The Indian media sector had a catalytic period in the late 1980s and early 1990s. The era transformed the Indian audience. It was dominated by iconic shows like Ramayan (1987–88) and Mahabharat (1988–90), which brought Indian audiences in front of the small screen in a never-seen-before manner. These shows were followed by the opening up of the economy (1991) and the introduction of cable television (1992). Both media habits and consumption patterns were evolving. This, as was to be predicted, also sparked a significant shift in the work and vision of the advertising sector.
It had previously focused on print and sometimes produced video commercials that aired for years on DD and in theatres, but it was suddenly faced with the pleasure and excitement of selecting content for non-stop television.
A foreigner joined the Indian agency environment when all of this was happening and used his own particular perspective to describe what those decades stood for. Bal Mundkur, the creator of Ulka advertising and a renowned figure in the world of advertising, discovered Anil Kapoor, or Billy as he is affectionately known (now FCB Ulka). The doyen was steering a “sinking boat” in 1988 since many of his colleagues believed Ulka was in its 28th year.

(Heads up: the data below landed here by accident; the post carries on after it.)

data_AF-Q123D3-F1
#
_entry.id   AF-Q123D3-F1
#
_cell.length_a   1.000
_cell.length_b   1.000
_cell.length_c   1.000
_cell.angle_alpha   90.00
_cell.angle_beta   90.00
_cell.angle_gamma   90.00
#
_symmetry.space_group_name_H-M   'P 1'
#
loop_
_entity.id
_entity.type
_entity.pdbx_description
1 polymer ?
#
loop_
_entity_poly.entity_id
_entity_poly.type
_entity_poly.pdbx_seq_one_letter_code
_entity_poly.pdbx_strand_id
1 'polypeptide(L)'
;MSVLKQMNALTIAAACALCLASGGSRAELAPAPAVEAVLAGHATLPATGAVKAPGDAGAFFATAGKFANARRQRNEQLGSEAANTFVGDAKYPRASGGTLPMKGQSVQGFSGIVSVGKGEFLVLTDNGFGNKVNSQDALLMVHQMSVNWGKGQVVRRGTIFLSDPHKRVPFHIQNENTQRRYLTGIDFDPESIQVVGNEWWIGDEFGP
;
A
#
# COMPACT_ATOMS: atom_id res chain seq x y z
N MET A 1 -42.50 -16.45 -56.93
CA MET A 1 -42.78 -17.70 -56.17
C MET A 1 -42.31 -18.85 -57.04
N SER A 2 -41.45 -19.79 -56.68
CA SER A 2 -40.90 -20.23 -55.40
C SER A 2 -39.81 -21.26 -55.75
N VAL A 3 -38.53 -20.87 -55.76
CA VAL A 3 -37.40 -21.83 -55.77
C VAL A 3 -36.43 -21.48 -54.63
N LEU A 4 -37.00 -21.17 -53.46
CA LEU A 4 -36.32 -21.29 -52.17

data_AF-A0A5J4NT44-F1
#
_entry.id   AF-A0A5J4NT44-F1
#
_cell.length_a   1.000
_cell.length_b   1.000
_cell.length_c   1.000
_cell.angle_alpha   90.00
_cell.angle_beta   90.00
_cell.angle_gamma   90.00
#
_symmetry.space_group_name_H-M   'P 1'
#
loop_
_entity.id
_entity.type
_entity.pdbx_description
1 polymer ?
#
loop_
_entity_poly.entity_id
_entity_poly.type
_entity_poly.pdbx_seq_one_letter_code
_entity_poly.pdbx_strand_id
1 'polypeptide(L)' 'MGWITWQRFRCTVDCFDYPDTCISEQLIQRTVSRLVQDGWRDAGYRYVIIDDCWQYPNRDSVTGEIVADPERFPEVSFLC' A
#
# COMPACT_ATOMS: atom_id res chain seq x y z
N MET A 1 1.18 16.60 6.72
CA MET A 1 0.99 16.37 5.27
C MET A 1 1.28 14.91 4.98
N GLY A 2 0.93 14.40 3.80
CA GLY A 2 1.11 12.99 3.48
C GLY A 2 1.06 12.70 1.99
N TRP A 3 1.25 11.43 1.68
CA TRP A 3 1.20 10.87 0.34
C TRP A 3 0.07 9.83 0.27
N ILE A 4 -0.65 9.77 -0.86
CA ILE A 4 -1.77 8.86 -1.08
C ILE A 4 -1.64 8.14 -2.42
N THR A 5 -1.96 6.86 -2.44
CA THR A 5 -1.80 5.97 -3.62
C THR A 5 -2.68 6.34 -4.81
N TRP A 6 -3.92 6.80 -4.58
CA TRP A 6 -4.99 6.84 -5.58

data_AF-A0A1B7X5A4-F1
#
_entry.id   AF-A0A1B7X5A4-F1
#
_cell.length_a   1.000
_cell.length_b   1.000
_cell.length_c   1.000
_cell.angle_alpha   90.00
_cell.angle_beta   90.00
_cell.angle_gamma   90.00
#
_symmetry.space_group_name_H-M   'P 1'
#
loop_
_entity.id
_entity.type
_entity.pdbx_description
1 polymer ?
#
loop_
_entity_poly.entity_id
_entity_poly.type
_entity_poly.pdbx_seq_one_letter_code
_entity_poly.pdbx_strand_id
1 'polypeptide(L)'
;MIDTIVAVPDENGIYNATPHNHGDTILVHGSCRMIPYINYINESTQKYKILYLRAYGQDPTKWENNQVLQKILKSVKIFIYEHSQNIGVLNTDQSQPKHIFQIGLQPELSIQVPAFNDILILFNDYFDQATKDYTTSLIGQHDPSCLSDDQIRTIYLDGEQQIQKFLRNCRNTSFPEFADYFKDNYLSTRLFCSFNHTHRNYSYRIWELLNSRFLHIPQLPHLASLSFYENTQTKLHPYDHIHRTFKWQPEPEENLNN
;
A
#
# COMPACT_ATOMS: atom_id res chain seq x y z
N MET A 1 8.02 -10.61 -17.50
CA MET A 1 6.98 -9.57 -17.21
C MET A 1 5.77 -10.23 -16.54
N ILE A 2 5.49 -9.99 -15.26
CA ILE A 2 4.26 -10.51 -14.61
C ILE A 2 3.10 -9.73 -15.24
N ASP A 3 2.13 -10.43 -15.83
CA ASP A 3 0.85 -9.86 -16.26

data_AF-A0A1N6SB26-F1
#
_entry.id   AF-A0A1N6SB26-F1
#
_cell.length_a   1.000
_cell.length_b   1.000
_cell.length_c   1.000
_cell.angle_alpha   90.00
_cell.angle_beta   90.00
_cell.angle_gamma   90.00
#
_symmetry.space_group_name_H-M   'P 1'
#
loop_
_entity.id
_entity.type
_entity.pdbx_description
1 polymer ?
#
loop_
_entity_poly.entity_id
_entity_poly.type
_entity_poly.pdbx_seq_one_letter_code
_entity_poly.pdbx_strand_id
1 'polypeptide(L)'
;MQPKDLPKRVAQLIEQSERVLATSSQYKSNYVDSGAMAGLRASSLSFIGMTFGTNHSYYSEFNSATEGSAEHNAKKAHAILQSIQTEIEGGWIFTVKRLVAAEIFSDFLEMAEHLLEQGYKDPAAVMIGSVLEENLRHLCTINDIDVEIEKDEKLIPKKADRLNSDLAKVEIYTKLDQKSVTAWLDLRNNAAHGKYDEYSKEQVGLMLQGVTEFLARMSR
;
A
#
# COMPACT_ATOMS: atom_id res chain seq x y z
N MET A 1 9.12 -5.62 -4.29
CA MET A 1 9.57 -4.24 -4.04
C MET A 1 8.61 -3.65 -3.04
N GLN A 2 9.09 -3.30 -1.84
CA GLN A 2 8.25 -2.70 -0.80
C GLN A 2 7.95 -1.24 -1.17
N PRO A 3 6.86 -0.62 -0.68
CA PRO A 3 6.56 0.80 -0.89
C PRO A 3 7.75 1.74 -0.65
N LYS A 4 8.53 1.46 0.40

He refused to give up and gave Anil Kapoor, who was at the time employed for the pharmaceutical firm Boots, the reins of the agency. He had began his career with MCM, which quickly went out of business, thus he had very little experience working with an agency.
Giving an agency to a marketing professional was widely seen as a reckless choice, and wagers were put that Ulka’s modest gloss would quickly fade. However, Kapoor quickly restored the agency to its former position as one of the top five firms in that era. He brought a special group of affluent employees—the suit-and-booted managers—to the typically laid-back advertising profession, turning the agency’s fortunes.